As Matthias Breschan, CEO of Rado, explained to me, MOP is typically painted on its back to give it opacity, which brings out the swirling, opalescent silvers, pinks and greens that make it such a distinctive material. Since Rado didn’t paint it, and used a very thin slice, what you have is a strange organic film with subtle swirls that allow a view through to the movement, but obscure it just enough to create something almost mysterious. Certainly an unexpected use of the material. These are limited to 500/color.

Taking it to the edge

Next up sticks with the open heart theme, but goes steel for the cases. Staying pleasantly small at 38 x 42 x 10.1mm, the Centrix Open Heart watches take a bit from the Trueline skeleton dial and the True Open Hearts, sharing the index of the former and the 80-hr movement of the latter. The aesthetic is once again fairly modern, though taking away the swooping ceramic, and using applied markers does give it a bit more of a retro feel. That said, the geometric dial cutaways speak to Rado’s contemporary leanings. With a starting price just north of $1,000 on leather, these were created to be a more affordable option, comparing to Hamilton and Tissot mechanicals.


What struck me about these watches is actually something you might not notice at first. The sapphire crystal runs edge-to-edge and there is no bezel. What might appear as one, a chrome ring, is actually underneath. This gives the watch a very clean look as well as functionally creates a very scratch resistant top surface, as Sapphire is much harder than typical 316L steel as well as most hardened steels. The crystal is actually attached with special adhesive that Rado developed. While on a sport watch a mechanical attachment might seem more secure, for a dressy watch like this, and adhesive makes sense. Regardless, the result is very cool.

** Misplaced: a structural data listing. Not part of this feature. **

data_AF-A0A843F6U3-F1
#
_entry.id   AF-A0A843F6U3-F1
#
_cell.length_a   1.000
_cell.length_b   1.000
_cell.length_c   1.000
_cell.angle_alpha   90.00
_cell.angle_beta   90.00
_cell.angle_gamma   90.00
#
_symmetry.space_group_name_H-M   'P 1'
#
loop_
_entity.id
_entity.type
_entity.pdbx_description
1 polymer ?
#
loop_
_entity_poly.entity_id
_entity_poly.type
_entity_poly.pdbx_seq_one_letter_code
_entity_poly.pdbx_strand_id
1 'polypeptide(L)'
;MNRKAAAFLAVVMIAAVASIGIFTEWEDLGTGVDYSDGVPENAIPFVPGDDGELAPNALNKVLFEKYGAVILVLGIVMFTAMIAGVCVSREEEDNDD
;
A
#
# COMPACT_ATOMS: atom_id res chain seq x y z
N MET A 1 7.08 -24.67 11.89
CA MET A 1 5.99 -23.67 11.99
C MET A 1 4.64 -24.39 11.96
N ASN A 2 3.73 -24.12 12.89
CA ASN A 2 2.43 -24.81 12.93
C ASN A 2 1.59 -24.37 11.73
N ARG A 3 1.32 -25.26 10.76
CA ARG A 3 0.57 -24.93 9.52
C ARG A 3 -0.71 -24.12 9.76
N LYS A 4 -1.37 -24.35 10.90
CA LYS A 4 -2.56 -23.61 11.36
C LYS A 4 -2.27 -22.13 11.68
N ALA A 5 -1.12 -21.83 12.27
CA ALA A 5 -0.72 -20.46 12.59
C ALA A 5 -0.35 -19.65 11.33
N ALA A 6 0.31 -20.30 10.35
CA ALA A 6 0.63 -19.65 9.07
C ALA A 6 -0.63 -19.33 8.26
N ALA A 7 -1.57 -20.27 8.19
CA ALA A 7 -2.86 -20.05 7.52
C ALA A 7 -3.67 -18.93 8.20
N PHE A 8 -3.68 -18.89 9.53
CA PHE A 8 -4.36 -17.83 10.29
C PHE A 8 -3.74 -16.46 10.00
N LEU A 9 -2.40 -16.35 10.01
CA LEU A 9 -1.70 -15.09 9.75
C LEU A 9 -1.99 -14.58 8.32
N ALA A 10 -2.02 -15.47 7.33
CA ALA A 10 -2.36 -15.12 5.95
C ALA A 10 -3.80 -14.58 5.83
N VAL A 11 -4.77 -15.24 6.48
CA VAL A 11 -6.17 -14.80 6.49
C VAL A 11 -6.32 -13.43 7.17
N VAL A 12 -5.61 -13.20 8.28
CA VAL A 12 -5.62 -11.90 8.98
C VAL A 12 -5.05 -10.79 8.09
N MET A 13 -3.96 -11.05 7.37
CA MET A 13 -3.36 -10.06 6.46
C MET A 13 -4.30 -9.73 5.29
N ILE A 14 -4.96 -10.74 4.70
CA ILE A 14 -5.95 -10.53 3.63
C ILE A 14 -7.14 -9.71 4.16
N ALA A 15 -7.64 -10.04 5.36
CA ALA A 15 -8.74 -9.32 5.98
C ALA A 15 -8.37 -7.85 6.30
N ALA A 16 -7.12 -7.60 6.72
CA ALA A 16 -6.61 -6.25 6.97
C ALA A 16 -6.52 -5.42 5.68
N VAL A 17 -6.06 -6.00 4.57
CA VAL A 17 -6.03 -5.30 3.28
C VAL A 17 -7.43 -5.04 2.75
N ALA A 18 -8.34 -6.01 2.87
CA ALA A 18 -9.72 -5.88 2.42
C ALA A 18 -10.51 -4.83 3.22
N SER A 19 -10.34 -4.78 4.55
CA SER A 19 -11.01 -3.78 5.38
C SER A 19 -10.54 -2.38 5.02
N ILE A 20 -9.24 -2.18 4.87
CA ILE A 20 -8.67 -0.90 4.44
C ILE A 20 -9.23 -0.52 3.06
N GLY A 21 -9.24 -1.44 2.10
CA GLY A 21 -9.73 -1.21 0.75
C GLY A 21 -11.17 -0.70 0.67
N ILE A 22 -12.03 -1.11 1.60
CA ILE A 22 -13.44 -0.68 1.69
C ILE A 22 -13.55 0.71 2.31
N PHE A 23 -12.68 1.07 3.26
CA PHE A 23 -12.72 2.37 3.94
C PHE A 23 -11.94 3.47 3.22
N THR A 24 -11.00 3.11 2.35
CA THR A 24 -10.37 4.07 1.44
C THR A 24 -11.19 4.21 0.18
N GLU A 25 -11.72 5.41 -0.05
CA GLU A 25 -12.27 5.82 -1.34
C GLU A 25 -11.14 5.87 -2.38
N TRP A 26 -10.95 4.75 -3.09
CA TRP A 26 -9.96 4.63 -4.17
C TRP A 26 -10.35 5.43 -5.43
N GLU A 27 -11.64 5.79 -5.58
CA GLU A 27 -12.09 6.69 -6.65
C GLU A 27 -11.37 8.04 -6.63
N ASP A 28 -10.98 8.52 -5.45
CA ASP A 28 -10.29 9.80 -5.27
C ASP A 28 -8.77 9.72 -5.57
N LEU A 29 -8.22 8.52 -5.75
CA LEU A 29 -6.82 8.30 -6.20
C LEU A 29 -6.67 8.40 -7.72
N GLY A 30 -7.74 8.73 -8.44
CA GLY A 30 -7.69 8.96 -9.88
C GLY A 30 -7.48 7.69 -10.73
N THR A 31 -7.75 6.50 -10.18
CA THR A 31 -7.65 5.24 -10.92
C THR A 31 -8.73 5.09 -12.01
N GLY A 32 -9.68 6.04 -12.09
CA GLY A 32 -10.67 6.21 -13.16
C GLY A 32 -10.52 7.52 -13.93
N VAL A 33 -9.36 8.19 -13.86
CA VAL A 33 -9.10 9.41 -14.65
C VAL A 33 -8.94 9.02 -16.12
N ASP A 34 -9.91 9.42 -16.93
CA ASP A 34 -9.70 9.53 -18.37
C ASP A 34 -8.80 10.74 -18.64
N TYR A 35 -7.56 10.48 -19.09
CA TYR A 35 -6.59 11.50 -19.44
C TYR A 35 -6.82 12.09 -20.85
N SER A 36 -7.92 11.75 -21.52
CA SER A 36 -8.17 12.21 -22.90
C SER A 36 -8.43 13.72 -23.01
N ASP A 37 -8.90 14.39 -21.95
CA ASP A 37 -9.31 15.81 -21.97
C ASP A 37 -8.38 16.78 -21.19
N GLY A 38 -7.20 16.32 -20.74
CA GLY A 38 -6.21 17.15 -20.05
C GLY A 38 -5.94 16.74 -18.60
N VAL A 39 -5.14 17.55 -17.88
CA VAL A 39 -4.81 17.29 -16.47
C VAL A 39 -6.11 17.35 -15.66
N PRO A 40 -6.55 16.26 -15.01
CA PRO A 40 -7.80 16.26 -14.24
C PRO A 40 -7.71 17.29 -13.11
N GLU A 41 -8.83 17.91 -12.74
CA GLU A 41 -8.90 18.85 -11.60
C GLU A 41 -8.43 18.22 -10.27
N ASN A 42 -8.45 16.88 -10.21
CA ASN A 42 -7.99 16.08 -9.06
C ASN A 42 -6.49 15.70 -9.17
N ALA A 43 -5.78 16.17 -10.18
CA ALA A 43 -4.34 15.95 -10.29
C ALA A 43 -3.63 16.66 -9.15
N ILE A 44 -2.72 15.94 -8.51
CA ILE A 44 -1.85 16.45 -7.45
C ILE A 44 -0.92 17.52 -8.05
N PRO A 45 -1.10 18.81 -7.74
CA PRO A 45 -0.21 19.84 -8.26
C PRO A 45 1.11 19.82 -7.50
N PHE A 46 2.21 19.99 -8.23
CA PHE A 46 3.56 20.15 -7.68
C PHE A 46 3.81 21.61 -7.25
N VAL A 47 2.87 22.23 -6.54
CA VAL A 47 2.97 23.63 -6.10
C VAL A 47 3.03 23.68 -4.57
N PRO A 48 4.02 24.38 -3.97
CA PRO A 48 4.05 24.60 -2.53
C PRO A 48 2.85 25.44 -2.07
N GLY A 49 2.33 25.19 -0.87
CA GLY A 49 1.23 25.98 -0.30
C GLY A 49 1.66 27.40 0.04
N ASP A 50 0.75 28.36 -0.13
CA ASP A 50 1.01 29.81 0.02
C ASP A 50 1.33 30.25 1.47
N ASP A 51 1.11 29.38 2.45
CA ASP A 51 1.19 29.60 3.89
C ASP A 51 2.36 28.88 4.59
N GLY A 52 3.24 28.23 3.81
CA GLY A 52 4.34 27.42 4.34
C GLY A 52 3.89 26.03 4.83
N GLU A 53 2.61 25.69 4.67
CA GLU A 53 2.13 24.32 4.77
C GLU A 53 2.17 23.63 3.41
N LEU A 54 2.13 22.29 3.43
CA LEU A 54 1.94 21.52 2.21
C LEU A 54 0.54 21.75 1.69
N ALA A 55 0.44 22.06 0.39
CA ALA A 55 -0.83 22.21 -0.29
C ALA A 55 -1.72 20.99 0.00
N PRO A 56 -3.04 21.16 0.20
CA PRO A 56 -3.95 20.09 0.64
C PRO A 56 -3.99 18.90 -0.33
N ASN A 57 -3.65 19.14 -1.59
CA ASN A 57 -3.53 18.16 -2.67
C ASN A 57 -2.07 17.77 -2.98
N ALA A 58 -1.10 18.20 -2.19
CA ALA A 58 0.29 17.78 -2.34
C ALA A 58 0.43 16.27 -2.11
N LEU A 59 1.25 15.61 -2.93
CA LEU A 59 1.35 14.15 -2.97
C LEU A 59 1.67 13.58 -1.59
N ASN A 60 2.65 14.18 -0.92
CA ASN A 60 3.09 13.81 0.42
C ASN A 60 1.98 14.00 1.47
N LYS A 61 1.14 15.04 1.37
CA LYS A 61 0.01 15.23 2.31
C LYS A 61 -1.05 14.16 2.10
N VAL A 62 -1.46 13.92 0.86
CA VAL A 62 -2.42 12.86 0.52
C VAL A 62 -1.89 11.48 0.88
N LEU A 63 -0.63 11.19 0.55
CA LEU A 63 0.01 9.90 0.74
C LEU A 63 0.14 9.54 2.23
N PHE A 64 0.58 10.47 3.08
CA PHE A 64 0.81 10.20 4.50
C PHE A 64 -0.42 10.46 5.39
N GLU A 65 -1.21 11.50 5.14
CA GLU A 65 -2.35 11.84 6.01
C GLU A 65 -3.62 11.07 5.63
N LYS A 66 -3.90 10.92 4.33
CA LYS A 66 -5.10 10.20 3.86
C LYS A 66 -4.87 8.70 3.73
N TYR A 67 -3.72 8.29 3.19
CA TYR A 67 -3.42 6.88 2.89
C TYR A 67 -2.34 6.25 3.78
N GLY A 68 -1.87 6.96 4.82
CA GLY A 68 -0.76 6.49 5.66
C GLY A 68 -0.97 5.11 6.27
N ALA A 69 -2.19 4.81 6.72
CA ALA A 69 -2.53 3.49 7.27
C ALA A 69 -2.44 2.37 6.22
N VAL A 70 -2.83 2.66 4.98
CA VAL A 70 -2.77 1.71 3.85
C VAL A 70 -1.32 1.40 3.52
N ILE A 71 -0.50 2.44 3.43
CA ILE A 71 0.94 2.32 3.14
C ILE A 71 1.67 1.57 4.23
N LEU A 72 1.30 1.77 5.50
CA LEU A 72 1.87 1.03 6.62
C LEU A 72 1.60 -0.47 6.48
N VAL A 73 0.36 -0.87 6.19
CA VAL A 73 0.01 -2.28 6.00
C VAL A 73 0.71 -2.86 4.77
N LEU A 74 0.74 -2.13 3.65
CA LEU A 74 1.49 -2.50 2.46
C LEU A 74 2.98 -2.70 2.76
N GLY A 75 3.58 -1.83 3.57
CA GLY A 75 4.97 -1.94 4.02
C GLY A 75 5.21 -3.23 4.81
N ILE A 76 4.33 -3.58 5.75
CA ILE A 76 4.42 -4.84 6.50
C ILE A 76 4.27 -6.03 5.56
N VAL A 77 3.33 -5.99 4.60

Getting Drozy

Last, but far from least, was the DiaMaster Grande Seconde series. A variation on something we saw at Basel last year, in terms of my tastes, these were the show winner. Larger than the rest at 43mm, the DiaMaster utilizes Rado’s Plasma ceramic as well as a monobloc construction, bringing the mid-case right up the to sapphire. Unlike the True line though, they went for a more classic shape, and needed some additional size for the asymetrical dial and off-center movement. A quick glance at the case back shows off the unique placement of the ETA 2899 movement within (see in gallery).


More striking than the case is the dial. With a massive seconds sub-dial at nine and off-center hour and minute dial, the shifted layout creates a very dynamic and eye catching design. Around the sub-dials is “clous de Paris” graining, adding some texture to the negative space. It immediately brings to mind another Swatch group property, Jaquet Droz, who are known for there “Grande Seconde” watches as well. Of course, those are high-end luxury pieces that are priced for a different customer. At $3,000 MSRP the DiaMaster Grande Seconde are more accessible, albeit still pricey. Regardless, they are genuinely very attractive and while a bit large (though the same diameter as the JD’s), great looking on the wrist.

That’s it for the teaser, now we’ll have to wait until March to see their full Basel offering.

Images from this post:
Zach is the Co-Founder and Executive Editor of Worn & Wound. Before diving headfirst into the world of watches, he spent his days as a product and graphic designer. Zach views watches as the perfect synergy of 2D and 3D design: the place where form, function, fashion and mechanical wonderment come together.